Part III: Exploitation of Emotions in Digital Media: Propaganda and Profit

Chapter 13: Empathic Media, Emotional AI, and the Optimization of Disinformation

Vian Bakir and Andrew McStay

Chapter 14: The Heart’s Content: The Emotional Turn at Upworthy

Robert Hunt

Chapter 15: Empires of Feeling: Social Media and Emotive Politics

Luke Stark

Chapter 16: Nudging Interventions in Regulating the Digital Gangsters in an Era of Friction-Free Surveillance Capitalism

Leslie Regan Shade

Chapter 17: Digital Propaganda and Emotional Micro-Targeting: Interview with Jonathan Albright,

Carole Cadwalladr, Paolo Gerbaudo, and Tamsin Shaw

Megan Boler and Elizabeth Davis

Contributor and Interviewee Biographies

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Megan Boler is Professor in the Social Justice Education Department at the Ontario Institute for Studies in Education, University of Toronto. Her research focuses on philosophy and politics of emotion; critical studies of affect, social media, and propaganda; and digital media practices within social movements. Her books include Feeling Power: Emotions and Education (1999), Democratic Dialogue in Education (2004), Digital Media and Democracy (2008), and DIY Citizenship (Ratto and Boler, 2014).

Elizabeth Davis is a PhD candidate in the Social Justice Education Department at the Ontario Institute for Studies in Education, University of Toronto. Her research focuses on histories and structures of feeling drawing on materialist, feminist, critical race, disability, media, and cultural studies approaches. Her articles can be found in Theory & Event, Emotion, Space and Society, and The Senses and Society.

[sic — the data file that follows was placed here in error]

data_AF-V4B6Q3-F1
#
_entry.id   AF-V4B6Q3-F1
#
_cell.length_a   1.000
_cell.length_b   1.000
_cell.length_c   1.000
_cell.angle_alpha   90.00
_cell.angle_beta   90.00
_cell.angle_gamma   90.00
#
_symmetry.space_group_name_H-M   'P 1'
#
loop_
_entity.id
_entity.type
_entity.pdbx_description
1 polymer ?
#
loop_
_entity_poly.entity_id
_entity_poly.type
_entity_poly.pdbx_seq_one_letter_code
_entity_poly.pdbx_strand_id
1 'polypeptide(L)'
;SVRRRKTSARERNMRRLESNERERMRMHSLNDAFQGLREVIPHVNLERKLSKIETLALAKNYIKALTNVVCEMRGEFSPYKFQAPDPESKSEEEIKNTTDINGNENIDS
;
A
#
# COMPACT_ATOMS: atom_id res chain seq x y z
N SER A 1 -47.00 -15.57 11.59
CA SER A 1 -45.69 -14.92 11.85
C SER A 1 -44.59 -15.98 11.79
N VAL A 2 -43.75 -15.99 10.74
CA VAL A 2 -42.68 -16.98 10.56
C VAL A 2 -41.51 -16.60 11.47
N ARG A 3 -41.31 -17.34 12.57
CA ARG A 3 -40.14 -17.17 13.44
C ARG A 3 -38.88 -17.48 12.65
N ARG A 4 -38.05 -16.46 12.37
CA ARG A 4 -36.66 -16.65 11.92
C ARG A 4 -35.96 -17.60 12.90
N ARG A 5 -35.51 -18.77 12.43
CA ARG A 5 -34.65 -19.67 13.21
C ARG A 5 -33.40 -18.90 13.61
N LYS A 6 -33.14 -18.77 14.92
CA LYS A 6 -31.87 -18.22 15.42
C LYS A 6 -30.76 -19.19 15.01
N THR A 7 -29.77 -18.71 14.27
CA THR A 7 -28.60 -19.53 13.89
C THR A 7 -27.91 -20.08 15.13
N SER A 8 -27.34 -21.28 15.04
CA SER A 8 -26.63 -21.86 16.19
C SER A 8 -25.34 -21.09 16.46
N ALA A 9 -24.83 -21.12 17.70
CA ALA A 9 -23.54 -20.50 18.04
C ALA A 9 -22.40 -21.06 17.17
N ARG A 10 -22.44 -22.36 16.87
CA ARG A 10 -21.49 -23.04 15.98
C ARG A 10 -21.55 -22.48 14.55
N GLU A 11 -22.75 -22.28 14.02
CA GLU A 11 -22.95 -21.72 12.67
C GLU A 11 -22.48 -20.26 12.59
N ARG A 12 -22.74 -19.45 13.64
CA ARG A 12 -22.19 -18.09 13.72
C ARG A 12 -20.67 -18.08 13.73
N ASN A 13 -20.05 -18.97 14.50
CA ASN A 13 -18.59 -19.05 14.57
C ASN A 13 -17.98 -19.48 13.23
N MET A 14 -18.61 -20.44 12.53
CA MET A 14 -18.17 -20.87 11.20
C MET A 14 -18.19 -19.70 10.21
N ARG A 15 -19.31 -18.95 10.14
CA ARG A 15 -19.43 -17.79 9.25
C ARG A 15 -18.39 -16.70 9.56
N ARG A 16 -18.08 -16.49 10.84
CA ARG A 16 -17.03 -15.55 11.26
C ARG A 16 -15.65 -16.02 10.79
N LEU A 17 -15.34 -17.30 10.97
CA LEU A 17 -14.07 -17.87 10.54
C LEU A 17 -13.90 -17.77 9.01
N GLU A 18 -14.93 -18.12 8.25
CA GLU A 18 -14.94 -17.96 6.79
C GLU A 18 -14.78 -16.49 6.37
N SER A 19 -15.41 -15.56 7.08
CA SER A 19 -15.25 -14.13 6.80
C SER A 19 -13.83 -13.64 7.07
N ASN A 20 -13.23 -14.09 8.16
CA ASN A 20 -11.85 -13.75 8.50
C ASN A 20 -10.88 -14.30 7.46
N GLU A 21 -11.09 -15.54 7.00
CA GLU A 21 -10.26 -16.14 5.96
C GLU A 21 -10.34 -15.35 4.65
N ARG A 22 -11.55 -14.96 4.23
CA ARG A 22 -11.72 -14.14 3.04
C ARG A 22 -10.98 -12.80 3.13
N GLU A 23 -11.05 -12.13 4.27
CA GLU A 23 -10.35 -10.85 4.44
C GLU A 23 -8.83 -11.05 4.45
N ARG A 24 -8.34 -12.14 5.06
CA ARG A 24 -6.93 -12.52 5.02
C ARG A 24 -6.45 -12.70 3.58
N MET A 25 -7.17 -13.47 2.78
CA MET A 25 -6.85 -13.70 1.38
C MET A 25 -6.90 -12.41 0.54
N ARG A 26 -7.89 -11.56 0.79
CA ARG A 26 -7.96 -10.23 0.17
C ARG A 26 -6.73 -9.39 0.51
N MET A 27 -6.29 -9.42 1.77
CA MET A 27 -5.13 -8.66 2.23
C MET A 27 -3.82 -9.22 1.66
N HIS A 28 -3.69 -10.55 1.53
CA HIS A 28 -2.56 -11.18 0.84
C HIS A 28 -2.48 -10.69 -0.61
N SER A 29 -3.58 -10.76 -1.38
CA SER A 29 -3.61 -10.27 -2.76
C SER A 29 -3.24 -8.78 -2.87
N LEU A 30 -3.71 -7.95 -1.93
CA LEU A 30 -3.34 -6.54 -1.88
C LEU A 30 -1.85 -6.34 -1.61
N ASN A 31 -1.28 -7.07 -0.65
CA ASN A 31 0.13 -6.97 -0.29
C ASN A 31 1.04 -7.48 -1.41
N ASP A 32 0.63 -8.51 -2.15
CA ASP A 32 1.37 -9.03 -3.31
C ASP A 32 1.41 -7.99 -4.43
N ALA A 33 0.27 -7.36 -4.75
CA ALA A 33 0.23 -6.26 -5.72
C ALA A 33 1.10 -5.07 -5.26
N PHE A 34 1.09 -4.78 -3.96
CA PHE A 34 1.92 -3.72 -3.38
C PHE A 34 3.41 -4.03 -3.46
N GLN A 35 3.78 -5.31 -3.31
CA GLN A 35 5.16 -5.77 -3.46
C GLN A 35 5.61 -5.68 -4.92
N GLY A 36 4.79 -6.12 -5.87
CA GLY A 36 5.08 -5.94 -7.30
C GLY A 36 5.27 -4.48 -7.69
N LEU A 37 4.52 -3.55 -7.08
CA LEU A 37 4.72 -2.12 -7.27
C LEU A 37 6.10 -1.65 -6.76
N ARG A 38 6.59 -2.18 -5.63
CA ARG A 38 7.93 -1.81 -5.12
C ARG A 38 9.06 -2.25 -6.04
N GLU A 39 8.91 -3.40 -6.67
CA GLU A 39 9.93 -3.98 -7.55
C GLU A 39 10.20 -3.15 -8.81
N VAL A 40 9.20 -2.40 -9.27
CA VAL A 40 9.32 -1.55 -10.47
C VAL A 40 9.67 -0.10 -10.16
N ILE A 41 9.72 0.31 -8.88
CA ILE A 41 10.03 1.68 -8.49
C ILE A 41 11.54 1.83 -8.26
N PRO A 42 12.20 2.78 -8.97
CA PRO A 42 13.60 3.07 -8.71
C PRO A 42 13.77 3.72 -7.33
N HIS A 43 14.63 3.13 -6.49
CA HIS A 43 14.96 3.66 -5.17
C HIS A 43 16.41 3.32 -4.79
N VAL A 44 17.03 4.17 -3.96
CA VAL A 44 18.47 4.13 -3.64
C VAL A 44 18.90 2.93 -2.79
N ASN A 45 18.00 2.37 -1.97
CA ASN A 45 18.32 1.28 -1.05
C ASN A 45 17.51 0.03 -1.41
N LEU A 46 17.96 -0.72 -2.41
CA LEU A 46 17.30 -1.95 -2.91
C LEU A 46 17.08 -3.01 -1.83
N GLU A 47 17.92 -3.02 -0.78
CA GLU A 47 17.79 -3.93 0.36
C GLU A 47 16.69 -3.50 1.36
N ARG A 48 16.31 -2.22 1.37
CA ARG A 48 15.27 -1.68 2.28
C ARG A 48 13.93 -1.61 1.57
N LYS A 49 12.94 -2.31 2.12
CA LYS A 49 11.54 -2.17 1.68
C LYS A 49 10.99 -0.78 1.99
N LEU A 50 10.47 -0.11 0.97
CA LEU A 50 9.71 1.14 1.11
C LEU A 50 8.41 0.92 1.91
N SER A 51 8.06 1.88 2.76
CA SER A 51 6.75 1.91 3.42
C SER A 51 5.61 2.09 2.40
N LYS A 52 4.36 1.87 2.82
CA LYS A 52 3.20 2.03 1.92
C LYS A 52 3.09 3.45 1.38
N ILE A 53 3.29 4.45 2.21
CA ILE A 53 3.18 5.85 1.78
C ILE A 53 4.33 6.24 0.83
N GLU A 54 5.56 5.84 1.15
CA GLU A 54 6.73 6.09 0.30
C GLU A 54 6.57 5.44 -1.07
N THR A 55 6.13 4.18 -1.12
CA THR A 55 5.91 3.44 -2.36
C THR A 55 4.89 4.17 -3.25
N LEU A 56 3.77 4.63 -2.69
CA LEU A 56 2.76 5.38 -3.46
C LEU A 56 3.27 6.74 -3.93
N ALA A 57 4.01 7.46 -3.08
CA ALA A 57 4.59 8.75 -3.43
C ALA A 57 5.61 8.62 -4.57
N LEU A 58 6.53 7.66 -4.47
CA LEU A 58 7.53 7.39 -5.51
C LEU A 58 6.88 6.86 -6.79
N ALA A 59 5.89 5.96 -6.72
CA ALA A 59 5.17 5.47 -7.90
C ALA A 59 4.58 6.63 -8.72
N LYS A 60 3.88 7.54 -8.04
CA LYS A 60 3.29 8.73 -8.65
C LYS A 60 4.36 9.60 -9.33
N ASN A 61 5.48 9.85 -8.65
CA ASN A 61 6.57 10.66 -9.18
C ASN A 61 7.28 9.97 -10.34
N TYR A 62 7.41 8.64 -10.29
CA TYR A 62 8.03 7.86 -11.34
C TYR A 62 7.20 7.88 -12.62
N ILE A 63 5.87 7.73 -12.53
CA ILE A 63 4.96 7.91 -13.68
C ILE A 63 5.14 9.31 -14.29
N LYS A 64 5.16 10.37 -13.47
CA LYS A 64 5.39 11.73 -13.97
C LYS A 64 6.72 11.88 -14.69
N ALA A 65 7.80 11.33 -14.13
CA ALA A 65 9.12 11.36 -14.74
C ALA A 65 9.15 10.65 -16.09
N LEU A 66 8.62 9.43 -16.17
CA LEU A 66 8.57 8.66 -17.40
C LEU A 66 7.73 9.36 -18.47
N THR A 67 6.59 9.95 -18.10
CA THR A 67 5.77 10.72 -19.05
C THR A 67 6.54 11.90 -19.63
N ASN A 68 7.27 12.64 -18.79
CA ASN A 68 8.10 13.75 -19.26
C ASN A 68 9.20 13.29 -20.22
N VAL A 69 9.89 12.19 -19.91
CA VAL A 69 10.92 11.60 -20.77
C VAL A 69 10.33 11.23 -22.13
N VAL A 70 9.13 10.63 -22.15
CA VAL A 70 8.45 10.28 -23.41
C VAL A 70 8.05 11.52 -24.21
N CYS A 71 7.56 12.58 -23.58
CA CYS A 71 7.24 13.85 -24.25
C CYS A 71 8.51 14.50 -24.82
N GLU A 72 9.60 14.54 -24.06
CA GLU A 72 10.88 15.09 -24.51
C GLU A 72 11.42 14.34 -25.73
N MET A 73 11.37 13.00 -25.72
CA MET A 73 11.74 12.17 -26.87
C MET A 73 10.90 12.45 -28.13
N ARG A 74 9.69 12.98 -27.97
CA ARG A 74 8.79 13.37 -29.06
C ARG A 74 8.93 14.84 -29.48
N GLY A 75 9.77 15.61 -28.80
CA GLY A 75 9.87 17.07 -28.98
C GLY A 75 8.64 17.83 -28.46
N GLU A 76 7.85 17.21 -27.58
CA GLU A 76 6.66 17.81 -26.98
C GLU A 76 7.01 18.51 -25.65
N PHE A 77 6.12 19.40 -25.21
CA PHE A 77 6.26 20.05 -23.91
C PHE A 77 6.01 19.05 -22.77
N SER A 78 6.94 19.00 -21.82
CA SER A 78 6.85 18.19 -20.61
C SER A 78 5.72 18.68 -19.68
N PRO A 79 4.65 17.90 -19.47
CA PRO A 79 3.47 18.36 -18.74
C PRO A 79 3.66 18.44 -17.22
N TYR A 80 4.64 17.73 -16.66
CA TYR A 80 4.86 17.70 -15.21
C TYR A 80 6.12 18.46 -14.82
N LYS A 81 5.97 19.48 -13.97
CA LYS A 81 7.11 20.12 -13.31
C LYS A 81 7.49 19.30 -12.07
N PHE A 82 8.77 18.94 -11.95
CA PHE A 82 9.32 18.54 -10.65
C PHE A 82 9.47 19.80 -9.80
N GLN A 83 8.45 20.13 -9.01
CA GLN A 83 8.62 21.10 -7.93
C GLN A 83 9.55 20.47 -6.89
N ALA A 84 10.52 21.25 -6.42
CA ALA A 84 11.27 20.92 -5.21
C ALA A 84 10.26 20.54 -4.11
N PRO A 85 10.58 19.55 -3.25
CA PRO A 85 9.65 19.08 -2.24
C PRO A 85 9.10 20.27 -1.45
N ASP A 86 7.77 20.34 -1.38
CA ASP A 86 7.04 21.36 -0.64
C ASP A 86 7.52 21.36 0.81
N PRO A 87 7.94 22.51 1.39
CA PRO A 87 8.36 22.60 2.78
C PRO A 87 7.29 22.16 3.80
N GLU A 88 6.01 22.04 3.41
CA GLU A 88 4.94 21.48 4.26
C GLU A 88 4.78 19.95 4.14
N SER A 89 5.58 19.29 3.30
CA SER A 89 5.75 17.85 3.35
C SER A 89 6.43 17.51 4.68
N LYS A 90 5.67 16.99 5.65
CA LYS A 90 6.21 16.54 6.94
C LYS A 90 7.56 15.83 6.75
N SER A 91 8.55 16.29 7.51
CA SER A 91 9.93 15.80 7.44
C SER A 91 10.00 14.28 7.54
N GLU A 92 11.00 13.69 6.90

"This is an invaluable guidebook to the affective landscape of our political moment, packed with contributions from original and groundbreaking thinkers. It counters the pace and tone of online propaganda with a crucial critical intervention, contributing to our understanding of the fate of understanding itself—and the consequences for political life." 

Mark Andrejevic, Professor of Communications & Media Studies, Monash University

"This collection presents the state of the art for investigating affective politics. Importantly, it outlines the risks posed to our democratic institutions if we don’t ensure the technical and legal fixes required to delimit social media firms capitalizing on emotional appeals and cognitive biases."

Philip N. Howard, Director, Oxford Internet Institute and Professor, Oxford University, author of Lie Machines (2020)

"Affective Politics of Digital Media is a body of work that demonstrates just how central affective dynamics are to the political realities generated in an increasingly mediatized world...any chapter of this book stands as a useful entry point for scholars interested in the affective politics of digital media, with each offering a unique perspective and potential avenue for further exploration. It is therefore an important collection for anybody working in the fields of technology, media, journalism, political communications, and policy, and for those seeking to become attuned to the affective dynamics of digital media more broadly."

Rachel Billington, New Media and Society 24(6)